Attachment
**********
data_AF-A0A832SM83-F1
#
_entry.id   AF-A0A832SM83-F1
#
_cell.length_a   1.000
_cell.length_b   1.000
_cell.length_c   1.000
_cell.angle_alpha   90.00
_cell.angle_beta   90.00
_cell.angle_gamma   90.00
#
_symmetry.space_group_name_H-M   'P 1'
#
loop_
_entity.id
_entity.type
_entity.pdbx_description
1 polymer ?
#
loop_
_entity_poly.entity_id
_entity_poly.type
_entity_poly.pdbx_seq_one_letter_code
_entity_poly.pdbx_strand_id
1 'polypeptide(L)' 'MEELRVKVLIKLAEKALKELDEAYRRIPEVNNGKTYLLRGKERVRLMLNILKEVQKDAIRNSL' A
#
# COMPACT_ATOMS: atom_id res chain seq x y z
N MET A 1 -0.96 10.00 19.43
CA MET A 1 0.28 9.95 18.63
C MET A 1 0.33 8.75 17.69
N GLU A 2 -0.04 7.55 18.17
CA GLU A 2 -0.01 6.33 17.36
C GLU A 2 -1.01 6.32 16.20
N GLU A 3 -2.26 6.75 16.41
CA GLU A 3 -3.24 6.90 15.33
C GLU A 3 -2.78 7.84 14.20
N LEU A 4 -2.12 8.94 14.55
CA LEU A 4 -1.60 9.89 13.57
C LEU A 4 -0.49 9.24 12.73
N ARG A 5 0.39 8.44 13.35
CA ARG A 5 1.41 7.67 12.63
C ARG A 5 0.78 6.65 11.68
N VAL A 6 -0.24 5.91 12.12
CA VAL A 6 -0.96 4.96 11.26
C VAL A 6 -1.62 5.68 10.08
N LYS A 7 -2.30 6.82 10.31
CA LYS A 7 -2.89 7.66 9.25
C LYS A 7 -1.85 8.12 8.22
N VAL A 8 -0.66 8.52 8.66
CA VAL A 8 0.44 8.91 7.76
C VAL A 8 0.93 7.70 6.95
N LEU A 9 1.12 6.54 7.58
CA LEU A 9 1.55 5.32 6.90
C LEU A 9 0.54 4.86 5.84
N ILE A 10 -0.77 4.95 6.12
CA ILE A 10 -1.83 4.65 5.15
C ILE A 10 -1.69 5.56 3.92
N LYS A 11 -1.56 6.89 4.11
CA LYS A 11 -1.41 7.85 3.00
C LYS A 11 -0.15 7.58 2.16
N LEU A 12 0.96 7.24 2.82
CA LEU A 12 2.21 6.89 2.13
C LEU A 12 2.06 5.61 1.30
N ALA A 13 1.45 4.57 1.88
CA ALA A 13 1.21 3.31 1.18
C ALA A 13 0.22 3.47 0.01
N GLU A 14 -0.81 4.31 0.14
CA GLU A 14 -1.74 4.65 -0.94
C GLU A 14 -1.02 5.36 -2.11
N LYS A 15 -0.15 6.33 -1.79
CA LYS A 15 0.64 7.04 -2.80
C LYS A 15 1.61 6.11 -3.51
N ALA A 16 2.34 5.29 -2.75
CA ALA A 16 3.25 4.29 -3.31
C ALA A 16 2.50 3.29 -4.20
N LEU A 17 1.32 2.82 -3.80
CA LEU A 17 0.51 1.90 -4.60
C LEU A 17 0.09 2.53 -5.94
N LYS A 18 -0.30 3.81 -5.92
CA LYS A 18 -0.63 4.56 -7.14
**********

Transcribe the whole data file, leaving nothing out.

data_AF-A0A832SM83-F1
#
_entry.id   AF-A0A832SM83-F1
#
_cell.length_a   1.000
_cell.length_b   1.000
_cell.length_c   1.000
_cell.angle_alpha   90.00
_cell.angle_beta   90.00
_cell.angle_gamma   90.00
#
_symmetry.space_group_name_H-M   'P 1'
#
loop_
_entity.id
_entity.type
_entity.pdbx_description
1 polymer ?
#
loop_
_entity_poly.entity_id
_entity_poly.type
_entity_poly.pdbx_seq_one_letter_code
_entity_poly.pdbx_strand_id
1 'polypeptide(L)' 'MEELRVKVLIKLAEKALKELDEAYRRIPEVNNGKTYLLRGKERVRLMLNILKEVQKDAIRNSL' A
#
# COMPACT_ATOMS: atom_id res chain seq x y z
N MET A 1 -0.96 10.00 19.43
CA MET A 1 0.28 9.95 18.63
C MET A 1 0.33 8.75 17.69
N GLU A 2 -0.04 7.55 18.17
CA GLU A 2 -0.01 6.33 17.36
C GLU A 2 -1.01 6.32 16.20
N GLU A 3 -2.26 6.75 16.41
CA GLU A 3 -3.24 6.90 15.33
C GLU A 3 -2.78 7.84 14.20
N LEU A 4 -2.12 8.94 14.55
CA LEU A 4 -1.60 9.89 13.57
C LEU A 4 -0.49 9.24 12.73
N ARG A 5 0.39 8.44 13.35
CA ARG A 5 1.41 7.67 12.63
C ARG A 5 0.78 6.65 11.68
N VAL A 6 -0.24 5.91 12.12
CA VAL A 6 -0.96 4.96 11.26
C VAL A 6 -1.62 5.68 10.08
N LYS A 7 -2.30 6.82 10.31
CA LYS A 7 -2.89 7.66 9.25
C LYS A 7 -1.85 8.12 8.22
N VAL A 8 -0.66 8.52 8.66
CA VAL A 8 0.44 8.91 7.76
C VAL A 8 0.93 7.70 6.95
N LEU A 9 1.12 6.54 7.58
CA LEU A 9 1.55 5.32 6.90
C LEU A 9 0.54 4.86 5.84
N ILE A 10 -0.77 4.95 6.12
CA ILE A 10 -1.83 4.65 5.15
C ILE A 10 -1.69 5.56 3.92
N LYS A 11 -1.56 6.89 4.11
CA LYS A 11 -1.41 7.85 3.00
C LYS A 11 -0.15 7.58 2.16
N LEU A 12 0.96 7.24 2.82
CA LEU A 12 2.21 6.89 2.13
C LEU A 12 2.06 5.61 1.30
N ALA A 13 1.45 4.57 1.88
CA ALA A 13 1.21 3.31 1.18
C ALA A 13 0.22 3.47 0.01
N GLU A 14 -0.81 4.31 0.14
CA GLU A 14 -1.74 4.65 -0.94
C GLU A 14 -1.02 5.36 -2.11
N LYS A 15 -0.15 6.33 -1.79
CA LYS A 15 0.64 7.04 -2.80
C LYS A 15 1.61 6.11 -3.51
N ALA A 16 2.34 5.29 -2.75
CA ALA A 16 3.25 4.29 -3.31
C ALA A 16 2.50 3.29 -4.20
N LEU A 17 1.32 2.82 -3.80
CA LEU A 17 0.51 1.90 -4.60
C LEU A 17 0.09 2.53 -5.94
N LYS A 18 -0.30 3.81 -5.92
CA LYS A 18 -0.63 4.56 -7.14